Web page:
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Opinion

A model for dealing with dissent in universities | Opinion – analysis

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The police response in the Jamia Millia Islamia campus in Delhi has received widespread criticism. This criticism is largely based on the premise that the Delhi Police were wrong to respond with a heavy-hand on campus. But another premise that has not been addressed yet is whether a police force can handle academic protests appropriately. It is important to address this in light of the solidarity protests that are springing up in response to the recent violence at the Jawaharlal Nehru University.

Psychology and sociology are surprisingly universal. In the late 1960s and early 1970s, the United States went through a thoroughly disruptive time where campuses were dominated by anti-war protests. I had the opportunity to learn about this during my research on Stanford University’s campus police. It is instructive to look at how policing evolved at SU during this time.

The Spring of 1970 was infamously referred to as “Cambodia Spring” after President Nixon ordered US troops into Cambodia in April. The then president of Stanford University, Richard Lyman, recalled that this was the most disruptive period of the university’s history. He noted, “The police were called to campus, I think, 13 times in two months and a lot of people were hurt. One person was even shot in the leg. It was just a very, very rough April and May, and a general strike closed the university pretty well down, and there wasn’t much we could do about it. I remember the then police chief [Tom Bell] putting up a notice saying, ‘If you can’t get to your office, try to identify the people who are preventing you from doing so and turn their names in, but we can’t do anything to help you’.”

Stanford Police chief, Bell, then left his job in disgust, and the campus was without a chief for four months, during which it struggled to deal with the situation. University officials quickly learnt that requests to the police only brought a heavy-handed response. Instead of a few officers, the police would send tactical squads in busloads in riot gear. This only provoked students further and escalated the situation. The university came to the conclusion that it needed its own police force and found a legal mechanism to do this.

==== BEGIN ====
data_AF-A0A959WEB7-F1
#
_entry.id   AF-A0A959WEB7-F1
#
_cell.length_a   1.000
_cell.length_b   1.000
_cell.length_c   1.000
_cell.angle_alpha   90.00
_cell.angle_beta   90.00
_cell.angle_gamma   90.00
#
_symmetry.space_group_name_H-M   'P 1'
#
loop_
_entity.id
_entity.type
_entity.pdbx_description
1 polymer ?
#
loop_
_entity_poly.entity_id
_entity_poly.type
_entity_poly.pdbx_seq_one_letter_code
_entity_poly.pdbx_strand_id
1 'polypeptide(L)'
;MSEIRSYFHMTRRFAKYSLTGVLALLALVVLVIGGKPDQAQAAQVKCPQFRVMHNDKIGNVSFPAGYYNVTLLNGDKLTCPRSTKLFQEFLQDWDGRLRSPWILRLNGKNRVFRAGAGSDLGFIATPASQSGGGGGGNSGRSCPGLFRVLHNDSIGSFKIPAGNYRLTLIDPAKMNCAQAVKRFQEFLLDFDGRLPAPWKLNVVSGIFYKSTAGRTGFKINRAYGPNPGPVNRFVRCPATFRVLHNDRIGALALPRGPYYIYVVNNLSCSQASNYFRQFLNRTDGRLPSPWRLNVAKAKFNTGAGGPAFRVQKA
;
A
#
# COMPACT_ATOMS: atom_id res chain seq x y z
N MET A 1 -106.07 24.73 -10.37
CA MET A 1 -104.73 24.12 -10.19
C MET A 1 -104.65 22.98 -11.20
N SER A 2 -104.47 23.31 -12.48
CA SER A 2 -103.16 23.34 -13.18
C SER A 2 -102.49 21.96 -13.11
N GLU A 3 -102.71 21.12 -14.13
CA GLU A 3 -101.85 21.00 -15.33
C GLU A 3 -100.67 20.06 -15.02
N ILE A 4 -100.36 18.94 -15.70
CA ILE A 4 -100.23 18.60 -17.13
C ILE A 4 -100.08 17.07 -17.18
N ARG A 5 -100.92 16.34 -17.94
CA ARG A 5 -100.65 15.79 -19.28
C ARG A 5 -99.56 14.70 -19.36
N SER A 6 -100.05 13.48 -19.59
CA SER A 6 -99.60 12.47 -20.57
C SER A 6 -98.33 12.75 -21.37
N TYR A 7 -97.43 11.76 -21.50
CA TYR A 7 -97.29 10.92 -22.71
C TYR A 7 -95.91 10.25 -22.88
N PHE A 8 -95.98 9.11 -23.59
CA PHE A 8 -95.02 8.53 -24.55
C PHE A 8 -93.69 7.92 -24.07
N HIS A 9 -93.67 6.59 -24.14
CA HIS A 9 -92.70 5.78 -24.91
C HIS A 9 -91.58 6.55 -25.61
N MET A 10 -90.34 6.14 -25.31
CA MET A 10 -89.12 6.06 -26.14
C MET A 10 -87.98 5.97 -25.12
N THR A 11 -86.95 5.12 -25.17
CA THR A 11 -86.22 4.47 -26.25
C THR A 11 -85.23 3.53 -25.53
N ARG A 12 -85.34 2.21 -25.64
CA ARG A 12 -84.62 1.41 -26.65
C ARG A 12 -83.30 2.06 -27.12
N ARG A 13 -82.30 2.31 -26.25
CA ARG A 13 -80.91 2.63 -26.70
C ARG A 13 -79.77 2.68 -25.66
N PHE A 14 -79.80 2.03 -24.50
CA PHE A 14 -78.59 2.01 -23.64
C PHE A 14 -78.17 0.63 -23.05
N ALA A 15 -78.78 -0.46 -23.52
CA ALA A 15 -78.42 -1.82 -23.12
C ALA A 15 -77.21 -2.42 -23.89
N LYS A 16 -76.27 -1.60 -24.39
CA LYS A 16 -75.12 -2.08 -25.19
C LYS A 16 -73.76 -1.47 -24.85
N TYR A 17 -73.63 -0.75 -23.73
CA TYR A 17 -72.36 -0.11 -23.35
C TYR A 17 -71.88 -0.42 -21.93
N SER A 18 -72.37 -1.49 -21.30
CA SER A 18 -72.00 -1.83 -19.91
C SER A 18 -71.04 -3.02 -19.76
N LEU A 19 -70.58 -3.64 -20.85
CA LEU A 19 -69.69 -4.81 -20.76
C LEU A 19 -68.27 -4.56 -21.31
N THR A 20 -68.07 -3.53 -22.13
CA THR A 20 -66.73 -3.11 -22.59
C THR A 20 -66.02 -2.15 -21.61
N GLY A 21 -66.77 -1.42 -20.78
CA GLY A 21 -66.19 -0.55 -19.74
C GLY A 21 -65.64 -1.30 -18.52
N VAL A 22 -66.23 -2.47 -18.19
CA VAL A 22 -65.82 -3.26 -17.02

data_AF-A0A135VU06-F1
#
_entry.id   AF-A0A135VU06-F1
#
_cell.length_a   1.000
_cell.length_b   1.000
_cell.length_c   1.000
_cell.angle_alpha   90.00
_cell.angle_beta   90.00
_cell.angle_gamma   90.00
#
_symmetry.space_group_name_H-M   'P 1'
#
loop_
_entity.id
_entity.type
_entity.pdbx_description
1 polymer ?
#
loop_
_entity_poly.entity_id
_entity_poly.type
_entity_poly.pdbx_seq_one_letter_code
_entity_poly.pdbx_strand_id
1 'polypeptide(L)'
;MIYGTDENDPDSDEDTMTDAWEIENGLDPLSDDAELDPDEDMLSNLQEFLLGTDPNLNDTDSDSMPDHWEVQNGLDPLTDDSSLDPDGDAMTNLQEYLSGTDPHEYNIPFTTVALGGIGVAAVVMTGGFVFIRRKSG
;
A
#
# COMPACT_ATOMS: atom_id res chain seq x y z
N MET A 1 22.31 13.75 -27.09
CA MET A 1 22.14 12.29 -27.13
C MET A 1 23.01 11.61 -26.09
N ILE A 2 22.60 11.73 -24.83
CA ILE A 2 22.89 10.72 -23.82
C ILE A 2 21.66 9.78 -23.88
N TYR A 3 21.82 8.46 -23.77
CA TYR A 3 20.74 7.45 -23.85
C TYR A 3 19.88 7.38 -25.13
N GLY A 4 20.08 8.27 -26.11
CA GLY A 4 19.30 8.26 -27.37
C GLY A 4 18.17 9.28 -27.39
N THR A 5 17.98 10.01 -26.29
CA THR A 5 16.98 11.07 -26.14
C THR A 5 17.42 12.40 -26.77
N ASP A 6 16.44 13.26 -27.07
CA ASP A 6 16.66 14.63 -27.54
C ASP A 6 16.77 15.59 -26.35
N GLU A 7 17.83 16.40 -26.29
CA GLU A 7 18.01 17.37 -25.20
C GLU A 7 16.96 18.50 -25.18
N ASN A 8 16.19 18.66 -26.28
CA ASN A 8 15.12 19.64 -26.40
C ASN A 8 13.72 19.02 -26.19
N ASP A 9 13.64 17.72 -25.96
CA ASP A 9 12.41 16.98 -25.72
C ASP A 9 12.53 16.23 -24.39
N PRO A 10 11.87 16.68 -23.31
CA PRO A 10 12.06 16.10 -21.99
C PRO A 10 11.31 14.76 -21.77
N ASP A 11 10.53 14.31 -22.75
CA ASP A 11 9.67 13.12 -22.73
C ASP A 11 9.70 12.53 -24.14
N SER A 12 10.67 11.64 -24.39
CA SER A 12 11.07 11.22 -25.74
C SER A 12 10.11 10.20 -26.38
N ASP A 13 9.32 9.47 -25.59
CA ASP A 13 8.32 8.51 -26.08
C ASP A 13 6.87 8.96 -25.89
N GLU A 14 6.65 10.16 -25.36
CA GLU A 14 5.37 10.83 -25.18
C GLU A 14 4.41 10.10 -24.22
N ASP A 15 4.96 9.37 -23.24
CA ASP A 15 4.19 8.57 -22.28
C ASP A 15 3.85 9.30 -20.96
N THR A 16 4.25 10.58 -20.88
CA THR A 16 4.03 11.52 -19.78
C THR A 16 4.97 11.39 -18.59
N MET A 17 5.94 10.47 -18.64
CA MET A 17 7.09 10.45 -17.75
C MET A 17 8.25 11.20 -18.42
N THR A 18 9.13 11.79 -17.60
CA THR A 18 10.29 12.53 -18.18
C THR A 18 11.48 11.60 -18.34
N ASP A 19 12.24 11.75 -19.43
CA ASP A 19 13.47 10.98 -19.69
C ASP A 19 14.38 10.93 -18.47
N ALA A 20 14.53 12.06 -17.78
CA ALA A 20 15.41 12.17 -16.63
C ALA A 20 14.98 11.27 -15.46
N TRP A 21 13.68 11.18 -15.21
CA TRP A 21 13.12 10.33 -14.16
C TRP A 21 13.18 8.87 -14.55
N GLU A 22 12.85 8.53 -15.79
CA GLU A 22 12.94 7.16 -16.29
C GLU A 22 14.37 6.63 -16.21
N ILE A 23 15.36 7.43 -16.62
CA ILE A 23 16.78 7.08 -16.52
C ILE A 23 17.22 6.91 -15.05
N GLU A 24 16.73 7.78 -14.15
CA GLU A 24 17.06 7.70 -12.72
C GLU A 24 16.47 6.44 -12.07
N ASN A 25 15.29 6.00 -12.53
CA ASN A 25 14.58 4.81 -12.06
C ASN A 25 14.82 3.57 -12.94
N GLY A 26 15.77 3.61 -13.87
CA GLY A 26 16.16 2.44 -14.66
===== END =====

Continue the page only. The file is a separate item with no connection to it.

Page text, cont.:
They also found a chief in Marvin Herrington, who can be called the father of modern campus policing. Under his leadership, the department made clear working agreements with the university president, based on existing property rights. If students took over a building, it was treated as a property rights matter. The president of the university would be asked what should be done. Was this an act of trespass that warranted the activation of the police, or would they want to give students the space and try other methods to de-escalate? Only if the president of the university requested police intervention would they come in and make arrests. This gave a lot of room for creative thinking and non-violent approaches.

Herrington also created a manifesto of values that required officers to treat every client with dignity. By client, Herrington meant everyone the officers encountered in their work, including the people they arrested. This was as revolutionary as it got, and met with internal resistance. Herrington persisted and only hired officers who agreed to these norms.

The department further organised around two values: Public safety and education. The goal was to enforce the law on behalf of keeping people safe and also educate young adults to become better citizens. This led to several policing innovations. The police let it be known that if students got dangerously drunk and were reported by their friends, they would not be arrested and would instead be taken to the hospital. After recovering, students would meet with the director of alcohol education where they were reassured that their life is important. When students broke bicycle traffic laws, the police gave a citation. However, the “education” value led to another policing innovation. The police offered a bike diversion programme where the citation would be waived if the student attended a bicycle safety education class. The class was run by officers in partnership with the university, where students learnt how easy it was to get head injuries with unsafe bicycling. Students coming in with resentment left with gratitude. These norms still hold.

What does the response to a protest look like in such a policing context? After a violent response from the police on the UC Berkeley campus in response to the “Occupy movement” in 2011, Stanford students ended up inviting their Berkeley counterparts for a solidarity march on the Stanford campus. The Stanford police and the campus authorities had a very different response to this based on decades of values-based policing. They charted a route for the protesters that would allow them to march safely. During the solidarity march, which I witnessed, the police were present with water bottles. It was a hot day and they were concerned protesters might collapse out of dehydration. The university even gave a stadium for the protesters to gather and share their stories. The police kept a respectful distance to leave the protesters alone, while being near enough in case assistance was needed. The march ended with some of the protesters giving hugs to the police chief.

Somik Raha holds a PhD in decision analysis from Stanford University

The views expressed are personal

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